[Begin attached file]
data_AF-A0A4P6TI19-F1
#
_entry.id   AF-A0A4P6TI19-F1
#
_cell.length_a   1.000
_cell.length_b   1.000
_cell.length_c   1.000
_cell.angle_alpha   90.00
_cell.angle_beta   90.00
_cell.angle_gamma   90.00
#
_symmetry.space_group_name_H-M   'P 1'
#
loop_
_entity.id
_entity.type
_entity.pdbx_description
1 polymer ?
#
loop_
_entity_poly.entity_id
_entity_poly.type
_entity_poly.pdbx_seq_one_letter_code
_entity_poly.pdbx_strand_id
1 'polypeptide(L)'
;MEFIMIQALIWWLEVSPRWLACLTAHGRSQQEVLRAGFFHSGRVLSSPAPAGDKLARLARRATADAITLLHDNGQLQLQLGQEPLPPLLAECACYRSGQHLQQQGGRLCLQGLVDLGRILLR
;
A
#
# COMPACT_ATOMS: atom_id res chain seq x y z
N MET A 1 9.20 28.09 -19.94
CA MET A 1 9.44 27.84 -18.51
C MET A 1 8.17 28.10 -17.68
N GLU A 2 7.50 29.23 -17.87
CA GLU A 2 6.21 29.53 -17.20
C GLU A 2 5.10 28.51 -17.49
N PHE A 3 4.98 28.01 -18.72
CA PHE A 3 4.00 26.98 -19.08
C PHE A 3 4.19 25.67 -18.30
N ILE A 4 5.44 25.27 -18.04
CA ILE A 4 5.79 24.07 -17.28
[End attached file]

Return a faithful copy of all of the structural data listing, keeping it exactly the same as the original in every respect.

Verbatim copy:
data_AF-A0A4P6TI19-F1
#
_entry.id   AF-A0A4P6TI19-F1
#
_cell.length_a   1.000
_cell.length_b   1.000
_cell.length_c   1.000
_cell.angle_alpha   90.00
_cell.angle_beta   90.00
_cell.angle_gamma   90.00
#
_symmetry.space_group_name_H-M   'P 1'
#
loop_
_entity.id
_entity.type
_entity.pdbx_description
1 polymer ?
#
loop_
_entity_poly.entity_id
_entity_poly.type
_entity_poly.pdbx_seq_one_letter_code
_entity_poly.pdbx_strand_id
1 'polypeptide(L)'
;MEFIMIQALIWWLEVSPRWLACLTAHGRSQQEVLRAGFFHSGRVLSSPAPAGDKLARLARRATADAITLLHDNGQLQLQLGQEPLPPLLAECACYRSGQHLQQQGGRLCLQGLVDLGRILLR
;
A
#
# COMPACT_ATOMS: atom_id res chain seq x y z
N MET A 1 9.20 28.09 -19.94
CA MET A 1 9.44 27.84 -18.51
C MET A 1 8.17 28.10 -17.68
N GLU A 2 7.50 29.23 -17.87
CA GLU A 2 6.21 29.53 -17.20
C GLU A 2 5.10 28.51 -17.49
N PHE A 3 4.98 28.01 -18.72
CA PHE A 3 4.00 26.98 -19.08
C PHE A 3 4.19 25.67 -18.30
N ILE A 4 5.44 25.27 -18.04
CA ILE A 4 5.79 24.07 -17.28